Oh, Montana. On Sunday, my husband and I—empty nesters that we now are—traveled to southwestern Montana to meet up with old friends, some of whom we haven’t seen since before the turn of the century. (I’ve been waiting for an excuse to use that phrase…)
Catching up was great, and doing it in a wild and beautiful place like Montana and northern Wyoming made it fabulous.
Here are a few of my favorite memories from our trip.
I don’t think I’ve seen so many stars since my parents drove us into the mountains in Utah at night and we lay in the back of our little pickup truck on the side of the road.
Out in isolated Chico Hot Springs (about an hour’s drive southeast of Bozeman, and maybe thirty minutes from the northern entrance to Yellowstone at Gardiner), there is little light to interfere with the view.
The stars. Were. Incredible.
Billions and billions of them filled the sky and the Milky Way looked like a band of gauzy clouds. We sat outside in the growing chill for hours, following the path of anonymous satellites and catching sight of shooting stars.
I adore the mountains and ocean in almost equal measure, and one of my regrets is that Sacramento doesn’t have either the low mountains that cling to California’s coastline or the tall peaks that hug its eastern border.
In Southwestern Montana, on the other hand, the mountains roll in seemingly endless waves across the land. Some soft and green with pine trees, some brown with long grass, others barren or snow-covered with gray rock jutting toward the clouds like blades of a knife.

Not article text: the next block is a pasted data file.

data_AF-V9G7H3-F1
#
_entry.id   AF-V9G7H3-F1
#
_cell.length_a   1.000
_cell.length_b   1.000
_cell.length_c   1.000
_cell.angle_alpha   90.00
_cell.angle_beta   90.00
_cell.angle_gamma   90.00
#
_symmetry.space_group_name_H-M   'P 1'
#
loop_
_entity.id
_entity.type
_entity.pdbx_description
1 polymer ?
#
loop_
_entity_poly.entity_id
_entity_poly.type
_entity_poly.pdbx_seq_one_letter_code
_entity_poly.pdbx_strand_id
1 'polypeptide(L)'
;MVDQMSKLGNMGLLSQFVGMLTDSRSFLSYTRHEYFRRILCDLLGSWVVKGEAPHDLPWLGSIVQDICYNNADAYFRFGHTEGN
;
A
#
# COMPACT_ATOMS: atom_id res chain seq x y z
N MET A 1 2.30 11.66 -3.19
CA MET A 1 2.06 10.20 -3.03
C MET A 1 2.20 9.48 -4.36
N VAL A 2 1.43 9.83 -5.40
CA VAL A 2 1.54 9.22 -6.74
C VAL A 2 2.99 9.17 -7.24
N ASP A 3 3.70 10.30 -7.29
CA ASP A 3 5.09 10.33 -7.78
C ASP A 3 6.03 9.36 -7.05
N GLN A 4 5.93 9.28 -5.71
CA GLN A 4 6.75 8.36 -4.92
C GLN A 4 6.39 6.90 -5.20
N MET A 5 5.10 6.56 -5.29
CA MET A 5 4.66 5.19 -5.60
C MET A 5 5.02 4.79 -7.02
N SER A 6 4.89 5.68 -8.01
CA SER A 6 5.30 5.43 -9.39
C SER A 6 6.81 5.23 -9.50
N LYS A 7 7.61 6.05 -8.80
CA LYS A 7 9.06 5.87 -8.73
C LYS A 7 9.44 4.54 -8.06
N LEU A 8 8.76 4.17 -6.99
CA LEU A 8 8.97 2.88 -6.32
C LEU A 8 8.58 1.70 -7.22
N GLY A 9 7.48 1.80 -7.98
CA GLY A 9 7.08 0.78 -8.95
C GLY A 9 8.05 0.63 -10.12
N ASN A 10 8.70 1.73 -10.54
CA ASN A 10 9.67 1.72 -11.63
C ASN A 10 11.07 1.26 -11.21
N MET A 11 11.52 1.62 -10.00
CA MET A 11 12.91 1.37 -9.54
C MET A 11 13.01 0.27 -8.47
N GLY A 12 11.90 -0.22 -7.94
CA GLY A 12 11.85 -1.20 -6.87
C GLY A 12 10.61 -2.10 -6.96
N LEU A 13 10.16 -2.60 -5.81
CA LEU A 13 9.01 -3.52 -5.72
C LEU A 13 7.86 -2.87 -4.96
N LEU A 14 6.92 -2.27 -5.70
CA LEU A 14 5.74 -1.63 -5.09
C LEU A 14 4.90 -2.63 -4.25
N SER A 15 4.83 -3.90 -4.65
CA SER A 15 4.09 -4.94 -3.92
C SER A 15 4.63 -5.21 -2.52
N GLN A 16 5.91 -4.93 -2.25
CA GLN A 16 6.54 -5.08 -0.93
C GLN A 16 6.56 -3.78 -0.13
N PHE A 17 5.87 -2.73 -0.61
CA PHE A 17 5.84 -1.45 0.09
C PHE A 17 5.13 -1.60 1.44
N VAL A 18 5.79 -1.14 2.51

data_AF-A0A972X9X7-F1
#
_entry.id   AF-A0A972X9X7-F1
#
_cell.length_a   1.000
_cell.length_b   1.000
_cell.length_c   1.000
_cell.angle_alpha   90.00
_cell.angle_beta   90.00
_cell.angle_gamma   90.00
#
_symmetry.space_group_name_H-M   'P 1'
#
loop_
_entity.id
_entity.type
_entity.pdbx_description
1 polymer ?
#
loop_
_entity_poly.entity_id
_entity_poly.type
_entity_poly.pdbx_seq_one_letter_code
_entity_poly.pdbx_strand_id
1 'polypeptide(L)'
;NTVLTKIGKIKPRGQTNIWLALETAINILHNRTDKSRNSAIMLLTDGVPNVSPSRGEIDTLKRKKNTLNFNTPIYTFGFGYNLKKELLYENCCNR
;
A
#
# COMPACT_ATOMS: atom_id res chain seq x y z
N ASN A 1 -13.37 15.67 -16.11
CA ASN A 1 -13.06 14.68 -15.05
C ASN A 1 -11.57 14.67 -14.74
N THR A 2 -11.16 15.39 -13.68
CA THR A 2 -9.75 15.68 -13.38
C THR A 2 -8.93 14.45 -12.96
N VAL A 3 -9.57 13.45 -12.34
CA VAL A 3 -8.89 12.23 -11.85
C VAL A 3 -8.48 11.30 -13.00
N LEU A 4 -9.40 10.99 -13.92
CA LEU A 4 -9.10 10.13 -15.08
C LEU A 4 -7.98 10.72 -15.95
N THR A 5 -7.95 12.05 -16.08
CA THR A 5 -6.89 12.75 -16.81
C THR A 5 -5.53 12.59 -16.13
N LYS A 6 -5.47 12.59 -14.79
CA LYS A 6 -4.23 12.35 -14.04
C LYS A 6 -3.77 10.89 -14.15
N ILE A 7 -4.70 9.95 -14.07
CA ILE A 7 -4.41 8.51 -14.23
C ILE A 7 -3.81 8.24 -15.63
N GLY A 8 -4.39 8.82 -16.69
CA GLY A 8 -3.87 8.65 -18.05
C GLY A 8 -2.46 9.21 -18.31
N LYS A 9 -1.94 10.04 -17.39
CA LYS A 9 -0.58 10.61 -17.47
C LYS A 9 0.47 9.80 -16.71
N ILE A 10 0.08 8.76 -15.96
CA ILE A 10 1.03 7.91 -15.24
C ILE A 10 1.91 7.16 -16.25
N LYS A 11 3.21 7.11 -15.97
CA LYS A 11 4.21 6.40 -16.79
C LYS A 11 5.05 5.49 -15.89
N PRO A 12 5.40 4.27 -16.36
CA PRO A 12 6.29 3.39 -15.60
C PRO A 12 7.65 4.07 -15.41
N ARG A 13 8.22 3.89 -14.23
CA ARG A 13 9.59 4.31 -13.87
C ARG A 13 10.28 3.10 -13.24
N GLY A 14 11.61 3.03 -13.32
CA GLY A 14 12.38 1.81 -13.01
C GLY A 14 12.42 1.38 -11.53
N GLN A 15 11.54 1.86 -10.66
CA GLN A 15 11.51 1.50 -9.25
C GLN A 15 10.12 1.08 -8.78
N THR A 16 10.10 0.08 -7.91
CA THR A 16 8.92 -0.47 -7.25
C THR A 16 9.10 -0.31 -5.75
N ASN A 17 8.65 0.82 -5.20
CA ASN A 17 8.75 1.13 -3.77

I haven’t been to Yellowstone since I was eight. Pretty much the only thing I remember is Old Faithful and bears. On this trip, we hiked into northern Yellowstone—crossing into Wyoming after entering the park—to visit Hellroaring Creek, a clear, rock-strewn flow that feeds into the Yellowstone River.
Here there be bears. Luckily—though some in my party might have disagreed—we only saw paw prints. And a bison!
Afterwards, we returned to Mammoth Hot Springs near the park entrance and walked around the mounds built up over the years by the (literally) steaming springs. The landscape is like something you’d find deep in a cave or on some imagined, hostile planet.
We ended our day trip watching elk eat, bugle, and even lock antlers, both at Mammoth Hot Springs and in the town of Gardiner, just outside the park’s Roosevelt gate.
I try not to worry too much about work when I’m on vacation, but my goal is to look at my story for at least a few minutes every day so I don’t lose my momentum. With Scrivener for iOS and a new hard-case bluetooth keyboard for my iPad, I managed to stay immersed in my manuscript while sitting on the lodge porch in the cool morning air, sipping hot tea, and soaking up the view of the turning trees.
Honestly, that’s not even work. That’s the dream.
What are some cool things you’ve seen on vacation? Where would you like to visit next?